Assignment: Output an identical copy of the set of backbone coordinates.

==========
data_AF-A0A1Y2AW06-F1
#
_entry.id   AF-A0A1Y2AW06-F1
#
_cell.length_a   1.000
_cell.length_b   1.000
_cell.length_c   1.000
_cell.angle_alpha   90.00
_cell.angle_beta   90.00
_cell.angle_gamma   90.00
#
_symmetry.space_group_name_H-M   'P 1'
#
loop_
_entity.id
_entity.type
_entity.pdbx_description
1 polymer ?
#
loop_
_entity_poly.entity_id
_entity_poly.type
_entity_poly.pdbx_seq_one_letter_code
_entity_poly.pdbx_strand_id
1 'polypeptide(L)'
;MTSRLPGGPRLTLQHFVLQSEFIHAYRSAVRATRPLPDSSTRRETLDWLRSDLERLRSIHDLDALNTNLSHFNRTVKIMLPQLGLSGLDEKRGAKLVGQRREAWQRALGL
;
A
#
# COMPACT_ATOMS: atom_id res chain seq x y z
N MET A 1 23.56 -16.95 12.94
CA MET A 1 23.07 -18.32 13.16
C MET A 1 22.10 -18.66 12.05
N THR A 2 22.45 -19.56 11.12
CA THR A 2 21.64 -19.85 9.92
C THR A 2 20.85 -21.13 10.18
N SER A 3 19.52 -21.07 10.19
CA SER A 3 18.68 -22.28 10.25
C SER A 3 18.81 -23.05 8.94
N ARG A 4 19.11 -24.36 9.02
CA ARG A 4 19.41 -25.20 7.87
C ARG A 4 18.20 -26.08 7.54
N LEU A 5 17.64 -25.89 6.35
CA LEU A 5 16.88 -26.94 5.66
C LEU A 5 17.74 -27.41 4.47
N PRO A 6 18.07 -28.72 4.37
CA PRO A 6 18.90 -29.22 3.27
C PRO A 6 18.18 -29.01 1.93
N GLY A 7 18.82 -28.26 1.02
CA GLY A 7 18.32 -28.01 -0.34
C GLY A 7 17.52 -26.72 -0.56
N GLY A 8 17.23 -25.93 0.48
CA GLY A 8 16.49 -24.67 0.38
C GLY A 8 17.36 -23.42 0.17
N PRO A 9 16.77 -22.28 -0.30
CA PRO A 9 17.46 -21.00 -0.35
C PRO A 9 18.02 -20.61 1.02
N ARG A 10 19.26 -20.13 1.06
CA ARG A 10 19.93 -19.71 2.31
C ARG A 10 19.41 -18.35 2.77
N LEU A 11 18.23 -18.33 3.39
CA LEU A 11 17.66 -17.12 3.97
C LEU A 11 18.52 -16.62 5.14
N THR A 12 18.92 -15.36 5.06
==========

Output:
data_AF-A0A1Y2AW06-F1
#
_entry.id   AF-A0A1Y2AW06-F1
#
_cell.length_a   1.000
_cell.length_b   1.000
_cell.length_c   1.000
_cell.angle_alpha   90.00
_cell.angle_beta   90.00
_cell.angle_gamma   90.00
#
_symmetry.space_group_name_H-M   'P 1'
#
loop_
_entity.id
_entity.type
_entity.pdbx_description
1 polymer ?
#
loop_
_entity_poly.entity_id
_entity_poly.type
_entity_poly.pdbx_seq_one_letter_code
_entity_poly.pdbx_strand_id
1 'polypeptide(L)'
;MTSRLPGGPRLTLQHFVLQSEFIHAYRSAVRATRPLPDSSTRRETLDWLRSDLERLRSIHDLDALNTNLSHFNRTVKIMLPQLGLSGLDEKRGAKLVGQRREAWQRALGL
;
A
#
# COMPACT_ATOMS: atom_id res chain seq x y z
N MET A 1 23.56 -16.95 12.94
CA MET A 1 23.07 -18.32 13.16
C MET A 1 22.10 -18.66 12.05
N THR A 2 22.45 -19.56 11.12
CA THR A 2 21.64 -19.85 9.92
C THR A 2 20.85 -21.13 10.18
N SER A 3 19.52 -21.07 10.19
CA SER A 3 18.68 -22.28 10.25
C SER A 3 18.81 -23.05 8.94
N ARG A 4 19.11 -24.36 9.02
CA ARG A 4 19.41 -25.20 7.87
C ARG A 4 18.20 -26.08 7.54
N LEU A 5 17.64 -25.89 6.35
CA LEU A 5 16.88 -26.94 5.66
C LEU A 5 17.74 -27.41 4.47
N PRO A 6 18.07 -28.72 4.37
CA PRO A 6 18.90 -29.22 3.27
C PRO A 6 18.18 -29.01 1.93
N GLY A 7 18.82 -28.26 1.02
CA GLY A 7 18.32 -28.01 -0.34
C GLY A 7 17.52 -26.72 -0.56
N GLY A 8 17.23 -25.93 0.48
CA GLY A 8 16.49 -24.67 0.38
C GLY A 8 17.36 -23.42 0.17
N PRO A 9 16.77 -22.28 -0.30
CA PRO A 9 17.46 -21.00 -0.35
C PRO A 9 18.02 -20.61 1.02
N ARG A 10 19.26 -20.13 1.06
CA ARG A 10 19.93 -19.71 2.31
C ARG A 10 19.41 -18.35 2.77
N LEU A 11 18.23 -18.33 3.39
CA LEU A 11 17.66 -17.12 3.97
C LEU A 11 18.52 -16.62 5.14
N THR A 12 18.92 -15.36 5.06